Feinburg tackles claims from modern thinkers who regard a classical view of God as outmoded and unbiblical by seeking to reconstruct a model that reflects the advances in understanding God's revelation and his unchanging nature.
Many contemporary theologians claim that the classical picture of God painted by Augustine and Aquinas is both outmoded and unbiblical. But rather than abandoning the traditional view completely, John Feinberg seeks a reconstructed model—one that reflects the ongoing advances in human understanding of God's revelation while recognizing the unchanging nature of God and His Word. Feinberg begins by exploring the contemporary concepts of God, particularly the openness and process views, and then studies God's being, nature, and acts—all to articulate a mediating understanding of God not just as the King, but the King who cares!
This book contains some rare combinations: first, an author who is as concerned with conceptual clarification as he is with the absolute truthfulness of the biblical text; second, an argument that avoids the common either-ors and contends for the importance of both divine sovereignty and divine solicitude in equal measure; third, an approach that espouses divine determinism and divine temporality. No One Like Him takes on the most intractable intellectual challenges of contemporary evangelical theology.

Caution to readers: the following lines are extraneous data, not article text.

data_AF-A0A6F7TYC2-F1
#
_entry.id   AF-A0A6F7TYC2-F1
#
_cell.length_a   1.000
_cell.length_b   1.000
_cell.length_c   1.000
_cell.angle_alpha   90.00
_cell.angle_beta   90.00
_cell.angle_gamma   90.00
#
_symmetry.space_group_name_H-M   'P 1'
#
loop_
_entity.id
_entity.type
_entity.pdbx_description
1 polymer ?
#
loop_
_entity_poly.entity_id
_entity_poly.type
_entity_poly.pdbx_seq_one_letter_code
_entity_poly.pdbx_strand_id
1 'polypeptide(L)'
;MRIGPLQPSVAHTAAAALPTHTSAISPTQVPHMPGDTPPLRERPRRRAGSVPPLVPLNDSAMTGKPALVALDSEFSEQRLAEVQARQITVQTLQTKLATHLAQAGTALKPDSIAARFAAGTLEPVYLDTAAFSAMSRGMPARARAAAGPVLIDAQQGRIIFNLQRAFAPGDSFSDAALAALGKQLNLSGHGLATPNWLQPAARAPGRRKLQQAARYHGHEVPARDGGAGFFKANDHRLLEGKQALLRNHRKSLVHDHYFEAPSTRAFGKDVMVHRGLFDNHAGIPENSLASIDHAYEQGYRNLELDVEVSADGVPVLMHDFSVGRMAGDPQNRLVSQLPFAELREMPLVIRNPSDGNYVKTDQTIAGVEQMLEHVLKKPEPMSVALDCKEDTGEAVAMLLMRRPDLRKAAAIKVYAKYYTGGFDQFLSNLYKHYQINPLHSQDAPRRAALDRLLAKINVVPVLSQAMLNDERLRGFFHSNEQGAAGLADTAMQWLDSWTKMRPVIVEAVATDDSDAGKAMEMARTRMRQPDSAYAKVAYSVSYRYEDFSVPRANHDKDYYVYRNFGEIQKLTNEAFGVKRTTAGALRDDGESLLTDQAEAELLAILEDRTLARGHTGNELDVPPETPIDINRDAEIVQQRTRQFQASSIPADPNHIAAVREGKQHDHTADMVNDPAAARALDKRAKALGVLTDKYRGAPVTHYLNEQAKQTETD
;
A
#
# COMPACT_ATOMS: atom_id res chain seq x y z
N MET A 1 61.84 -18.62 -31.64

—Kevin J. Vanhoozer, Blanchard Professor of Theology, Wheaton College Graduate School
John Feinberg judicially reconstructs aspects of the classical view of God in a way that proves more faithful than process and openness of God theisms. Arguably, this is the best study of theology proper in print.
—Bruce Demarest, Professor of Theology and Spiritual Formation, Denver Seminary
Feinberg reads theology with a philosopher's eye and writes it with a philosopher's sensitivity to illogic and incoherence.
—J. I. Packer, Board of Governors' Professor of Theology, Regent College; author, Knowing God
A magisterial work, one that truly deserves to be called a magnum opus. . . . It reveals its author as . . . perhaps the only modern scholar whose work, like that of Carl. F. H. Henry, can compare in size, detail, comprehensiveness, and intellectual acuity with the accomplishments of the late Karl Barth. . . . It is not risky to predict that Feinberg's No One Like Him will come to be a milestone in evangelical theology.
—Harold O. J. Brown, Professor Emeritus of Biblical and Systematic Theology, Trinity Evangelical Divinity School
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